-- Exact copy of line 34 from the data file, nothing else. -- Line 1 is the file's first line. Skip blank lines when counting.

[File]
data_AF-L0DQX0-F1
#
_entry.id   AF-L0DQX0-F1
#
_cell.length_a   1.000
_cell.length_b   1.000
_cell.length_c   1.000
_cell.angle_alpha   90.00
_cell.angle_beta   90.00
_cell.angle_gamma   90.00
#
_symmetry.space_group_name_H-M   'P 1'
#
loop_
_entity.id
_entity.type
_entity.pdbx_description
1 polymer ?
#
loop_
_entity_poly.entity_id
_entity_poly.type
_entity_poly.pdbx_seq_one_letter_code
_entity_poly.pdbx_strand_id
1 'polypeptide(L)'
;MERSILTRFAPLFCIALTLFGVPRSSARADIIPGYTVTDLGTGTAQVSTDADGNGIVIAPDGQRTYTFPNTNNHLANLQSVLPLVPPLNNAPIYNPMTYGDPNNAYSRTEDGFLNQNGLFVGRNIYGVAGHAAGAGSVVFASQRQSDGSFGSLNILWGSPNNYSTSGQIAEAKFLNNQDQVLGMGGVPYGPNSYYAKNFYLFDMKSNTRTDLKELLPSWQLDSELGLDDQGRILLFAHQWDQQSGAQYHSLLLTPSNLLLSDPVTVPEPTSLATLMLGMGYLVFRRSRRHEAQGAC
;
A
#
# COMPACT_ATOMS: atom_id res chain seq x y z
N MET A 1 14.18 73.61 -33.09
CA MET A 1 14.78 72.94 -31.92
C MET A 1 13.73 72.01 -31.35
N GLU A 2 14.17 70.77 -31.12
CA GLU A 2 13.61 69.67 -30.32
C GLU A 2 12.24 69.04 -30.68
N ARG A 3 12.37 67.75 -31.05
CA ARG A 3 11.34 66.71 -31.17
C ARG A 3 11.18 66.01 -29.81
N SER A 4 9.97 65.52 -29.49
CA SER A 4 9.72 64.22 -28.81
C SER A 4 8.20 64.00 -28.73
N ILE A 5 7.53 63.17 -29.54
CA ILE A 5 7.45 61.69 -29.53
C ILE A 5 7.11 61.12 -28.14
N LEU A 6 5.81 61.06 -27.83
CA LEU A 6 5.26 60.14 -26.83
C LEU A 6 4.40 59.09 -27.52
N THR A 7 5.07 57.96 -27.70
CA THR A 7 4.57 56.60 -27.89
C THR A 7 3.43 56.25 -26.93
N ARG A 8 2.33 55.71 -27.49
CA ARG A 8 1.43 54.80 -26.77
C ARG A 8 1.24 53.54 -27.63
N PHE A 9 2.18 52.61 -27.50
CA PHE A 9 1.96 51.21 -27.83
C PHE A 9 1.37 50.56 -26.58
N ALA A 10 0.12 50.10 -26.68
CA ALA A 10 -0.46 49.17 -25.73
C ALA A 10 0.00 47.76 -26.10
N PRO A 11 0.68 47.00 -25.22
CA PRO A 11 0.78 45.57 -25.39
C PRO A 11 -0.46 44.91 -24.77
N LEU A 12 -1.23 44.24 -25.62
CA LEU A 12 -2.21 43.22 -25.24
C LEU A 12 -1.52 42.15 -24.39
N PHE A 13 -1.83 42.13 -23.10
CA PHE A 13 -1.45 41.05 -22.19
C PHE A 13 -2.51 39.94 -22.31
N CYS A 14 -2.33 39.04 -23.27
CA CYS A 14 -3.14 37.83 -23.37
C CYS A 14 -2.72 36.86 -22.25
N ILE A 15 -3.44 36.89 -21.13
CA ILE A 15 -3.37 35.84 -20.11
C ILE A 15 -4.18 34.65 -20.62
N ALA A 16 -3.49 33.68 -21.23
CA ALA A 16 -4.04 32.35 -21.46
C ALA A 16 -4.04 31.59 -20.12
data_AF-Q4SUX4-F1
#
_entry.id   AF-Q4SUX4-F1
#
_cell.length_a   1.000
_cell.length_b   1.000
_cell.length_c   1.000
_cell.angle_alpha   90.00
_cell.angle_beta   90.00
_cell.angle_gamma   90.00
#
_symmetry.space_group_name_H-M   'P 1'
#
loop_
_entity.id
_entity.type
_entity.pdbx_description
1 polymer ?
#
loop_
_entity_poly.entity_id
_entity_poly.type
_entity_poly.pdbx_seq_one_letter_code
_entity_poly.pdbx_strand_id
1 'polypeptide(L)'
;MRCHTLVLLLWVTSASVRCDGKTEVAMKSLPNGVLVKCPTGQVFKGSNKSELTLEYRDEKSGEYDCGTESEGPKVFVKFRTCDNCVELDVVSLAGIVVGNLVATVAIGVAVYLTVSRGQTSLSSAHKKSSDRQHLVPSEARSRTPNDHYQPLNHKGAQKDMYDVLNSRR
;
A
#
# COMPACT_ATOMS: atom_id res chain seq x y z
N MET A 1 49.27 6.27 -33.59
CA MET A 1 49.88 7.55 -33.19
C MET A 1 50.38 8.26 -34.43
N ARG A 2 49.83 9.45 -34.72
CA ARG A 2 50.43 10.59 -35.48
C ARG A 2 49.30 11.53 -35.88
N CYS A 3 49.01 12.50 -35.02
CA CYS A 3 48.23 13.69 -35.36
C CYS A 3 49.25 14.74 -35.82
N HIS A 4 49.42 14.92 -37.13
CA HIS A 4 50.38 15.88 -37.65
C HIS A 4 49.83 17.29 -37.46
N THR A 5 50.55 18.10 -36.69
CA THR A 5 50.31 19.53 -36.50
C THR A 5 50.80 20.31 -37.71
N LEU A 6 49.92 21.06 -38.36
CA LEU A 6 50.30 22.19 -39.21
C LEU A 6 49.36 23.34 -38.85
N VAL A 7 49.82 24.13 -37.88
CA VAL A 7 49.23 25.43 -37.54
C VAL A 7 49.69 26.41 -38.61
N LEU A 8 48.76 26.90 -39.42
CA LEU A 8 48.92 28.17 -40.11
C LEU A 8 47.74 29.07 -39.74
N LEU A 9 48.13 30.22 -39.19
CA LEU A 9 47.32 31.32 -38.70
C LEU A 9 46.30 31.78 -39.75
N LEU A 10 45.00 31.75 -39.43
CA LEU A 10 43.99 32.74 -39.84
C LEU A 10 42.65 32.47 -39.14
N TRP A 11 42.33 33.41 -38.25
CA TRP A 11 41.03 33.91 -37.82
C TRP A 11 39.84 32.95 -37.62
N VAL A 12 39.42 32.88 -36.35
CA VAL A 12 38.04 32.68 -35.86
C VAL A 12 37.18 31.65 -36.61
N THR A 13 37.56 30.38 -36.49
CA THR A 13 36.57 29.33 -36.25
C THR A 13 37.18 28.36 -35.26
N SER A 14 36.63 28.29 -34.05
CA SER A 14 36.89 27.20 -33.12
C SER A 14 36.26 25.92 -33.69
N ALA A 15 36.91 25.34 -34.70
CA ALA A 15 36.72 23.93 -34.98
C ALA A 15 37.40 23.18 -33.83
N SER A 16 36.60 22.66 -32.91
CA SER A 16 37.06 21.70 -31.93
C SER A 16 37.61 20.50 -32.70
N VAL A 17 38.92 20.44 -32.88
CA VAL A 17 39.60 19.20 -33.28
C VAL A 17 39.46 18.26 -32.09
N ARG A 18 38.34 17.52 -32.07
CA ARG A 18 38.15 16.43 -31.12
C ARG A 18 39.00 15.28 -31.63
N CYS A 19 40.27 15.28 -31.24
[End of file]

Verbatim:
N GLU A 2 14.17 70.77 -31.12